Selecting an HVAC school takes time and consideration. There are many different questions to answer about HVAC schools and students may want to do their research ahead of time to have a clear picture of how to advance from an education to an HVAC career. An HVAC school can help with many of these career details, even offering information on job leads and opportunities or the training for special certifications that provide advancement in a field. This is why students will want to look at the whole picture when selecting an HVAC school and be sure they understand what their education will give to them when it comes to working toward a career.
Students first need to know about the HVAC schools that exist in the state or city where they live. Next, they will want to determine the cost of the program and the type of training they are receiving for their money. Will it be a general HVAC program or will courses be specifically toward certain types of systems? Will they have a certificate when complete or an associate of applied science degree? As well, they will want to make sure that the school has accreditation, either from a regional institution, or better yet, from an institution geared at HVAC education.
All of these factors and more play into the decision to attend one of the specific HVAC schools. At HVACClasses.org, we group together the specific HVAC programs available within various states, and some that are even available within specific U.S. cities. We provide helpful data on each, including the number of students who graduated from the school’s HVAC program within the most recent year (when that data is available, of course). We also sort the programs by size and enrollment. Details on occupational demand within the state, licensing details, and the accreditation of schools are also provided. Small schools, community colleges, and large universities comprise our list since all types of institutions are now offering HVAC programs.
Some states have more HVAC schools than others simply because the need for installers and technicians is greater there or because the overall population of the state is higher. For example, Ohio is the seventh highest in the U.S. in terms of population. It also has the second highest number of HVAC schools accredited through the Partnership for Air-Conditioning, Heating, Refrigeration Accreditation. In cases like this, HVACClasses.org provides the information on occupational demand within the state, new number of HVAC jobs expected to become available, and licensing requirements. We also explain give some ideas for trade associations and organizations to join and provide information on accreditation. Not every state will have a link, however, mainly because there are not a significant number of HVAC schools available within a state. However, graduates of HVAC schools should be aware they can try to build a career almost anywhere in the nation as long as the job demand is high and their skill sets match those that are most in need.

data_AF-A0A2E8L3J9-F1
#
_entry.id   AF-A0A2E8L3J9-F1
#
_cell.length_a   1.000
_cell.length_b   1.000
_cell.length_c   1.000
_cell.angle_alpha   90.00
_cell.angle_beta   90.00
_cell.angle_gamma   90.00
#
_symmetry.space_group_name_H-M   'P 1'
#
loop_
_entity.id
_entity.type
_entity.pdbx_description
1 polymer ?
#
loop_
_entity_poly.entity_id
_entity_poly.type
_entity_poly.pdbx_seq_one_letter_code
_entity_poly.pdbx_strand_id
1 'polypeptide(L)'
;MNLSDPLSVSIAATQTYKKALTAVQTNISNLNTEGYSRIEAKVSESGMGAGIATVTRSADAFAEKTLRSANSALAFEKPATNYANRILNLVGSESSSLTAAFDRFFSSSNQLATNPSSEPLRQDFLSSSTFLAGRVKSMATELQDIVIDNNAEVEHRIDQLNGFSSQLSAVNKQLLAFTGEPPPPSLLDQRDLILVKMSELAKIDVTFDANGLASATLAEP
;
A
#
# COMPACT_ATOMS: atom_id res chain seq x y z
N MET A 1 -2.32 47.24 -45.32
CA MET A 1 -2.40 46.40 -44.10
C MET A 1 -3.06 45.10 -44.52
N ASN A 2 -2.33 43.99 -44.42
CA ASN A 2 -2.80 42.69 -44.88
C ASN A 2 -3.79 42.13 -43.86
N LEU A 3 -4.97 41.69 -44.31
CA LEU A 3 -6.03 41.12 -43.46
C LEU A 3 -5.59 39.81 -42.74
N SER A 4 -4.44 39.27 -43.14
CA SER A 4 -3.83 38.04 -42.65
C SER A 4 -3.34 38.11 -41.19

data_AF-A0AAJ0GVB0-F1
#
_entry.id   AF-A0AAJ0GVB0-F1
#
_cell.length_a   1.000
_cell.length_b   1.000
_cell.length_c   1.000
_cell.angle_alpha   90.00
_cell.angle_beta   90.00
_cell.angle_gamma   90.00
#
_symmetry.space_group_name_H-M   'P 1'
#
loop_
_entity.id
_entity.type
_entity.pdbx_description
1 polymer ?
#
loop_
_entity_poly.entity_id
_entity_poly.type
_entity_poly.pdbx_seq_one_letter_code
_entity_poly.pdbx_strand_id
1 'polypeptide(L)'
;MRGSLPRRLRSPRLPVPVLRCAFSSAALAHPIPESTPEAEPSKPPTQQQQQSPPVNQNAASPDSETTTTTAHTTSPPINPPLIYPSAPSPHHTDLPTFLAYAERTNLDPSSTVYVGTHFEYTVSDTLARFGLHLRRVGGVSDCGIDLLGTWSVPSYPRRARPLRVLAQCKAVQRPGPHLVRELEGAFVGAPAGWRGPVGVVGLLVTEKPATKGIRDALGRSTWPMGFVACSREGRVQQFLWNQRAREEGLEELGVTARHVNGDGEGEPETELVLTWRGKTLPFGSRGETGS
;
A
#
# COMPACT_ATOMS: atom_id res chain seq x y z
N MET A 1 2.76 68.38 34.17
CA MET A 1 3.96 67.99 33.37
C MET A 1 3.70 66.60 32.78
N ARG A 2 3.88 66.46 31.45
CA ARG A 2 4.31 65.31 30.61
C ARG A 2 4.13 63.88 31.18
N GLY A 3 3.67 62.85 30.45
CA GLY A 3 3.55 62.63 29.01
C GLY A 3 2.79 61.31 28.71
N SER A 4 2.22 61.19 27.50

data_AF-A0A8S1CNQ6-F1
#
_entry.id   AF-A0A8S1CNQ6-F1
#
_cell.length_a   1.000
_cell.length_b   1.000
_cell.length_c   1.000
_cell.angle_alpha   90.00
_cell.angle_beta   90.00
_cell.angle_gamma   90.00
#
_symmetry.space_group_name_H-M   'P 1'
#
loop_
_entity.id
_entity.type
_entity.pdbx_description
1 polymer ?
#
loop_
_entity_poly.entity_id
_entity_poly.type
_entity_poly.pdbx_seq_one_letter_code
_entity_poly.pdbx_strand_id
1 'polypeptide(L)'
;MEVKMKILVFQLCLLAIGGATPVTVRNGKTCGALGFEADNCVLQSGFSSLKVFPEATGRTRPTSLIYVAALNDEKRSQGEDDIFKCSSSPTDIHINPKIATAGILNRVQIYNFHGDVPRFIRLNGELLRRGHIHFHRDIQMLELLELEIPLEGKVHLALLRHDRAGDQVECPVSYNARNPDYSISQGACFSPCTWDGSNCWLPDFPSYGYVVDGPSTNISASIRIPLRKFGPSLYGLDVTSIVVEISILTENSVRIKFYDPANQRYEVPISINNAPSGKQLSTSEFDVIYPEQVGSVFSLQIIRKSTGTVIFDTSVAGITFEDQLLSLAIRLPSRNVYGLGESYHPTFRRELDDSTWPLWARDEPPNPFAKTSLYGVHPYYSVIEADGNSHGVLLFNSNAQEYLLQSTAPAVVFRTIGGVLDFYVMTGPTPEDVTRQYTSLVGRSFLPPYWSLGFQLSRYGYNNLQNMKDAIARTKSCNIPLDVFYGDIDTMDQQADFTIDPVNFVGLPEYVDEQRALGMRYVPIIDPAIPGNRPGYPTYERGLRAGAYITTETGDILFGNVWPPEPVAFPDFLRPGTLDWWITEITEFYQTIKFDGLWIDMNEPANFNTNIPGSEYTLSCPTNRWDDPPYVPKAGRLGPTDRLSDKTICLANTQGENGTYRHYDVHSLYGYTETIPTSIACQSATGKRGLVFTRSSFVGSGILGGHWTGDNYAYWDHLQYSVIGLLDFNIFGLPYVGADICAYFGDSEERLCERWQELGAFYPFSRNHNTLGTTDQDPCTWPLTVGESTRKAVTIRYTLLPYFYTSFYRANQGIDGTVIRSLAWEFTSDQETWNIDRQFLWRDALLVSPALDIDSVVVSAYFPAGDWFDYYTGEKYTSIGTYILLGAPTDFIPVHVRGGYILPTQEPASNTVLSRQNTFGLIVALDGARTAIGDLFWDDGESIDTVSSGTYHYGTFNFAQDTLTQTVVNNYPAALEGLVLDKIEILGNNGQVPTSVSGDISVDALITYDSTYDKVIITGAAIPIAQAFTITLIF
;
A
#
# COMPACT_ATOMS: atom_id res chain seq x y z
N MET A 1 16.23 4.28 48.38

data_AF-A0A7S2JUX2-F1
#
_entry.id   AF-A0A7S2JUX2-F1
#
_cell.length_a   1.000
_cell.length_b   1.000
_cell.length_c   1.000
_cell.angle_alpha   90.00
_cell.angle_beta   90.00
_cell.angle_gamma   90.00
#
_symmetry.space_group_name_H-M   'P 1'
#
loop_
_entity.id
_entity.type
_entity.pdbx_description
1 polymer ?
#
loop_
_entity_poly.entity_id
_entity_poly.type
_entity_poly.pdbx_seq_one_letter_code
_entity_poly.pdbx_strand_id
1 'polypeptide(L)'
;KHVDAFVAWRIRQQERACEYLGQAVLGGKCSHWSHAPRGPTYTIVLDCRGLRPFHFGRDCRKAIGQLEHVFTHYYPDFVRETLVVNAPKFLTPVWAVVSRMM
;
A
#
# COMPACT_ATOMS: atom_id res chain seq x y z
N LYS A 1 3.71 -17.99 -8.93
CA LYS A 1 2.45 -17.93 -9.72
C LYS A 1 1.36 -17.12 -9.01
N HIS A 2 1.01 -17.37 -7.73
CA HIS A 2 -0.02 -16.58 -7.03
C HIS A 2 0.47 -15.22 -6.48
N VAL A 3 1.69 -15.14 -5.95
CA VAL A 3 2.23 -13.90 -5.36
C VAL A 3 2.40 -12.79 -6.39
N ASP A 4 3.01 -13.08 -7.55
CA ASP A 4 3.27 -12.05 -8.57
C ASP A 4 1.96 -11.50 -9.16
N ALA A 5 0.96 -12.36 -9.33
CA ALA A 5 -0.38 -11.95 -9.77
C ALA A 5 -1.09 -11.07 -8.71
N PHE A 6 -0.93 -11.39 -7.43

Students will find that career growth for HVAC jobs are particularly strong in some U.S. cities. This may be due to a city location that is in a very warm or cold setting, the availability or lack of certain types of fuels there, or new energy-savings regulations that have recently passed. In this section, HVACClasses.org provides job details for those seeking HVAC careers. This includes forecasted HVAC career growth by the U.S. Bureau of Labor Statistics for the city, programs and HVAC schools available there, and local resources for certification and licensing. We’ll do our best to provide the career outlooks for U.S. cities where HVAC job growth is expected to be strong, and update our site with new cities and outlooks when forecasts change.